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How to Read a Request For Proposal for a Contract Bid

When a company issues an opportunity to bid on a contract for funding, often referred to as an RFP (Request For Proposal) or RFQ (Request for Quote), you must be able to quickly scan the technical proposal and cost proposal requirements to determine whether your business can deliver the requested services or goods.

You’re looking for announcements that match your products or services, and when you find one, you need to call the agency or business to request a copy of the actual RFP or RFQ.

Ensure that you understand what the bid-letting agency is asking for and what you have to return in your RFP or RFQ bid package to meet the agency’s review criteria and ultimately qualify for a contract award. Here are RFP and RFQ sections:

  • Cover Form: Contains the name and contact information of the soliciting agency; the solicitation number (an internal bid-letting agency number issued for internal record-keeping purposes), issue date, due date, and time due; and whether it’s a set-aside contract. (Government agencies earmark, or set aside, a portion of their annual contracts for businesses that are small, disadvantaged, or owned by minorities or women.)

  • Supplies or Services & Price and Costs: Spells out, in excruciating detail, the types of products or services that the solicitor (RFP- or RFQ-issuing agency) is seeking to purchase, as well as the price or cost parameters the solicitor must work within.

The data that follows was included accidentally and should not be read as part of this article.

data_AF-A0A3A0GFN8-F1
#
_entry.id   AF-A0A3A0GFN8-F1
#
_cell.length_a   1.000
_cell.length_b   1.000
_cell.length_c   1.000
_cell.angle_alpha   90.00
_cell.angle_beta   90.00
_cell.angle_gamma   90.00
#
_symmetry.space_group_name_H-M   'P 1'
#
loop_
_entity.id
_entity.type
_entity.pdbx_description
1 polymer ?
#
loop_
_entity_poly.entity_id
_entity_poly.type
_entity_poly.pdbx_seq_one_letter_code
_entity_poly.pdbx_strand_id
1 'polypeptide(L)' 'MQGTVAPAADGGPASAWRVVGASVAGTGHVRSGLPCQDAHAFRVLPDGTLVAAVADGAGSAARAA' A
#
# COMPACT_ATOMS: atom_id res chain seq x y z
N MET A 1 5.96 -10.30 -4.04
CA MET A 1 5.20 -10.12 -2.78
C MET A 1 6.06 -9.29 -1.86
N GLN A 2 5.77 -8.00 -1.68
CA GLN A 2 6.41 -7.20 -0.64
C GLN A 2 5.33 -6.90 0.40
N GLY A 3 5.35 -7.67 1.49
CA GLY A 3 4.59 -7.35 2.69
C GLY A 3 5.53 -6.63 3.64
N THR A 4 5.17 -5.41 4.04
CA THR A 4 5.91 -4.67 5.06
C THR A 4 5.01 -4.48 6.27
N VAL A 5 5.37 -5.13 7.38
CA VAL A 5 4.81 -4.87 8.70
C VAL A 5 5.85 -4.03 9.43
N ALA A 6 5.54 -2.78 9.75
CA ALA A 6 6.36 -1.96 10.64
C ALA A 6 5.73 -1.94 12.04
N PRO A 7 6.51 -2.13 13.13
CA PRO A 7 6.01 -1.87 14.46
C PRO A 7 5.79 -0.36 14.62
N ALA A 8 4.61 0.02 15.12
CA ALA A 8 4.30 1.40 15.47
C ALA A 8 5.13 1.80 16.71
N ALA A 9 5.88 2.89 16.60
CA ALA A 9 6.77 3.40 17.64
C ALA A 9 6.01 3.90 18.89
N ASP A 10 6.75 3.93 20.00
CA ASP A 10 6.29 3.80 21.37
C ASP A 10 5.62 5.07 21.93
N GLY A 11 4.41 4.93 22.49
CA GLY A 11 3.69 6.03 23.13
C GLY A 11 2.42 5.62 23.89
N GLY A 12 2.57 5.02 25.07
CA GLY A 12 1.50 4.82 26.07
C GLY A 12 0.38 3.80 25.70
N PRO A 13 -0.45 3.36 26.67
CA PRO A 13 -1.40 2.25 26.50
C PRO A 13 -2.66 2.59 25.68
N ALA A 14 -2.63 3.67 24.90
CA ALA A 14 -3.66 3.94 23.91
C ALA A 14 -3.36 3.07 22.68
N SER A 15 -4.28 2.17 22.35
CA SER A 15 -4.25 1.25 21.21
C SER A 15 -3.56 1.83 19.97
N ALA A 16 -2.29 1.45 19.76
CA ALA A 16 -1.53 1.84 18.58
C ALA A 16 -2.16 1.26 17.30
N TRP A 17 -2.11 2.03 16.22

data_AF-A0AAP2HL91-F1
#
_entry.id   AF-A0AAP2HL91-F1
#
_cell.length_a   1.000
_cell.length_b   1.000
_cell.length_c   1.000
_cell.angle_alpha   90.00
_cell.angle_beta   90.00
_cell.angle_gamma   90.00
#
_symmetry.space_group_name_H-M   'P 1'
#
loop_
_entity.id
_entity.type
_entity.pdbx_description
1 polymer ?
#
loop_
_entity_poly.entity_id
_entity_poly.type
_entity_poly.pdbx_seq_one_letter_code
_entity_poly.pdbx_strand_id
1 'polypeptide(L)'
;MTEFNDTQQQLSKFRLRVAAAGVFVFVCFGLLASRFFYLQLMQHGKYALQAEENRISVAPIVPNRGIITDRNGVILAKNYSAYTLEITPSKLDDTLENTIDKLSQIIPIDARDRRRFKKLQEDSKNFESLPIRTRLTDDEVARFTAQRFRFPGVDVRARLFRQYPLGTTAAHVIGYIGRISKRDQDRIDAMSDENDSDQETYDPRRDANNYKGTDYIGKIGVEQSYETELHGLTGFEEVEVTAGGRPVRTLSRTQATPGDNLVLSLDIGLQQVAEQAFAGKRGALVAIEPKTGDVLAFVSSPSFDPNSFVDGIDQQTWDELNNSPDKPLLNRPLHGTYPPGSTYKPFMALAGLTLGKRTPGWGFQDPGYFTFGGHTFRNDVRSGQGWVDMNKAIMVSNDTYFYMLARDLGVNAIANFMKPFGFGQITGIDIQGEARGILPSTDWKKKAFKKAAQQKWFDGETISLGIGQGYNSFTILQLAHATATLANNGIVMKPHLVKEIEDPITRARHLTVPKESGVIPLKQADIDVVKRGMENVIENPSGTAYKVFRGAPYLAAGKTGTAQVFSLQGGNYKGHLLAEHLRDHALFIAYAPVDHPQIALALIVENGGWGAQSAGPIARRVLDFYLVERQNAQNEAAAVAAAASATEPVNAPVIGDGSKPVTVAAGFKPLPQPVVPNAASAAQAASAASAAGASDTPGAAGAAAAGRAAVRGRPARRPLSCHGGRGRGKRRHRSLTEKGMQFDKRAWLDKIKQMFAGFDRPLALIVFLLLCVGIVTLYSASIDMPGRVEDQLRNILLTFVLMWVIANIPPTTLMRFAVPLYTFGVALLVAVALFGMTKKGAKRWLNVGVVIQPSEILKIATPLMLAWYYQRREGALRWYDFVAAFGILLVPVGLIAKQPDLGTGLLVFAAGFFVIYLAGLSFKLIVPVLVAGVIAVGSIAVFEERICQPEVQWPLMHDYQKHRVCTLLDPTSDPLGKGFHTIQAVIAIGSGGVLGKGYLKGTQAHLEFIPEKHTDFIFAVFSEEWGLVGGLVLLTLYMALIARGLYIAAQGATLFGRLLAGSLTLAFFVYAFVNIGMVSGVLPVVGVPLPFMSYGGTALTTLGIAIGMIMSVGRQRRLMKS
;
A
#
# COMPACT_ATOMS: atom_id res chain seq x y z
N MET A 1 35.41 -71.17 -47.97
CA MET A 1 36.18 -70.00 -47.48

• Statement of Work: Contains numerically ordered tasks and deliverables (time frames for when each task must be completed). Depending on the soliciting agency, you may find multiple deliverables for one task.

  • Cost Proposal: Tells you how the bid-letting agency plans to pay for services (for example, advanced monthly payments or reimbursements).

  • Deliveries or Performance: Spells out the length of the contract.

  • Level of Effort: Tells how many hours of service are expected during the contract award period.

  • Instructions, Conditions, and Notices to Offerors: Explains the conditions that your company or agency is obligated to fulfill if you’re given a contract award.

  • Evaluation Factors for Award: Tells you how the solicitor rates or evaluates each section of the RFP or RFQ narrative response.

    For the sections with higher point values, you garner greater solicitor attention when your narrative uses buzzwords taken from the RFP or RFQ guidelines language.

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